I had just changed jobs, and was a new dad. Looking back, not sure how I found time to do this work. But I did. That gearbox is heavy, but with enough support from that free floor jack, towels, and whatever else, I got that box out, replace the fork shaft bushings, clutch and pressure plate. I had that centering tool, so all that was pretty straight forward. No flywheel clean up, no pilot bushing replacement. Just clutch. Koyo bearing, if I recall. No vent hole clean up, just, what seems like now, cave man clutch maintenance. Reinstalled, new housing bolts and nuts, and I might have topped off the GL4 in the gearbox.

With a bled clutch, car off the jacks, I take off for a test drive. Smooth as glass. Very proud of myself. That lasted maybe a few days. It began to feel as if I had no hydraulics, and I was using my left leg as complete strength to push the clutch in. And the engagement was at the floor. When the car was off? Smooth as glass. I share all this, because I have read this horror story from others countless times. That work took a few months between diaper changes and other general stuff for a tired new mother. That clutch change, like my carb fear, made me not want to drive the car, or at least very far. I have enough skill to shift without a clutch, but at the light, man, what a beating. Since this swap, I have had 2 other clutch jobs on the car, now with one that I love. But I didn’t do this work, and left it to a proper mechanic. I will say this – if I have to do another clutch, I won’t try this again myself. I’ll help you, but I won’t do it on my car. The recipe, routine, magic, science, atmosphere – I don’t know what wizardry goes into this, even today. I know this – someone that does 25 clutch jobs a year is better at this than me. Its hard to stand up and admit failure, addictions, or ignorance. But it soothes the soul. Trust me.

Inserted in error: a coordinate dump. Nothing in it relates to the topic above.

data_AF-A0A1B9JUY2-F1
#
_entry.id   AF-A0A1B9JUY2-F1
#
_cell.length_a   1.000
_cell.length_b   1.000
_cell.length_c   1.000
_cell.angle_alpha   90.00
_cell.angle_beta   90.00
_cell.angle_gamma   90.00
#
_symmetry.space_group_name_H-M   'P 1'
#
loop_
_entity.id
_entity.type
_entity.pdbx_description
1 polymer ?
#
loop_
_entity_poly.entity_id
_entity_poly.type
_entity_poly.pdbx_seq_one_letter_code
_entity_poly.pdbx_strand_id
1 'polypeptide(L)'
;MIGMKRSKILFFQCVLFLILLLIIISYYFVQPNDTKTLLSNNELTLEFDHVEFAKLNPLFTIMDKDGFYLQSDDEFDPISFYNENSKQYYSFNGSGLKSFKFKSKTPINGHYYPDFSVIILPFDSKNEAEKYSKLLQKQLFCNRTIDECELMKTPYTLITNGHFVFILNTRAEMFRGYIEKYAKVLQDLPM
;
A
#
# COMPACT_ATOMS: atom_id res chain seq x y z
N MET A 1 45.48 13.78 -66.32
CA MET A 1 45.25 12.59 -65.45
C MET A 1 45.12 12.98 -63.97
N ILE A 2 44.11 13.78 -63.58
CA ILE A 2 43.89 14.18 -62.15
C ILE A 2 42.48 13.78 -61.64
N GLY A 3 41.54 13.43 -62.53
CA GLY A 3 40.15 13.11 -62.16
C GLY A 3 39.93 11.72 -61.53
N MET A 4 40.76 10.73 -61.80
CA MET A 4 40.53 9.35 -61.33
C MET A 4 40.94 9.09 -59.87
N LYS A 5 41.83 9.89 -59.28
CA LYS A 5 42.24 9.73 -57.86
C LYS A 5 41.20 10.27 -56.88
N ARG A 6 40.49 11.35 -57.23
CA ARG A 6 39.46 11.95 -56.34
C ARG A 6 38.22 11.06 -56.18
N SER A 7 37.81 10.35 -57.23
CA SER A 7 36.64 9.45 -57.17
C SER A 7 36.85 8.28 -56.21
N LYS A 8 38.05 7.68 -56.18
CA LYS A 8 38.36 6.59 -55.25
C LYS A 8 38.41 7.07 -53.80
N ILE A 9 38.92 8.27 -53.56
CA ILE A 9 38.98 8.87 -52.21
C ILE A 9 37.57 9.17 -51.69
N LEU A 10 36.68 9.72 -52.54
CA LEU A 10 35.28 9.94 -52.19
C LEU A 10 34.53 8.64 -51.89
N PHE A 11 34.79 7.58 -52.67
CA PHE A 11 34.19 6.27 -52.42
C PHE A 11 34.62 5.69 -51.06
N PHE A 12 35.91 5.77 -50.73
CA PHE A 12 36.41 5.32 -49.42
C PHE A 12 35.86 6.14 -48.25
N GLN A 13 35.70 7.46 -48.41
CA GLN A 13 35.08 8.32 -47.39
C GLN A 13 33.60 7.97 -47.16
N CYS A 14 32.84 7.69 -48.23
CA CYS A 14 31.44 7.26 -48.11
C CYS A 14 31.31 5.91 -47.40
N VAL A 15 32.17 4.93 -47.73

That’s enough for today. See you on down the road. Remember. Smile when you drive, and whenever possible, take a kid driving.

Thank you for caring for your Triumph TR6. Lets also thank those considering one. This is a great mark for young and old. This mark is blessed with an amazing network of development, parts, owners, experts and car availability. A TR6 helps people everyday, lifting spirits, bringing smiles. A TR6 brings happiness to the painter at the shop, who has painted many cool cars. Please start your car with it out of gear and foot off the clutch to save your thrust washers – they struggle with oiling at start up. Please pop your hood and have a good look around the engine bay. Please put fresh gas in your car each week, even if just 1 gallon. Please have good insurance, and review your policy regularly. And please drive your 6 defensively, as if it was a 4 wheeled Harley, and keep your driving lights in good condition.

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I am the 3rd steward of CF50460UO, born September 1975 with paint code 19 and 11 black interior. Nicknamed “the school car”, is now over 100K in miles, with new Cayman Blue Mica 2 stage paint, and 11 interior. Car was delivered with original hard top and factory overdrive. Current upgrades include Volvo overdrive internals, König Rewind 16x7 rims, Michelin Pilot Sport 205.55.16s, 4Runner calipers and 7/8 rear wheel cylinders. Poolboy carbs, FlexAlite electric fan, Patton Fan Eliminator, Pertronix ignitor ignition, TR5 cam, pacesetter header, 70amp Lucas direct fit alternator, solid state Rheostat, Silverstar Halogen headlights, Wishbone blueprinted oil pump, Bastuck 9LB flywheel, Goodparts suspension on all 4 corners, Goodparts sway bar, Goodparts trailing arm brackets, Uprated Armstrong lever shocks with cycle fork oil, high torque starter, JVC Bluetooth audio with front and rear USB, 4 speakers, stainless steel bumpers, flip up scuttle vent, hidden antenna, window tint, custom gear knob, and other concours frustrations.

My to do list
New carpet, new panels, custom dash.
r200B diff with goodparts cv joints and hubs
fresh head with roller rockers.
At some point, a fresh square motor with lightened crank, cam bearings,
Hard top inside insulation, and dome light.
Oh, and AC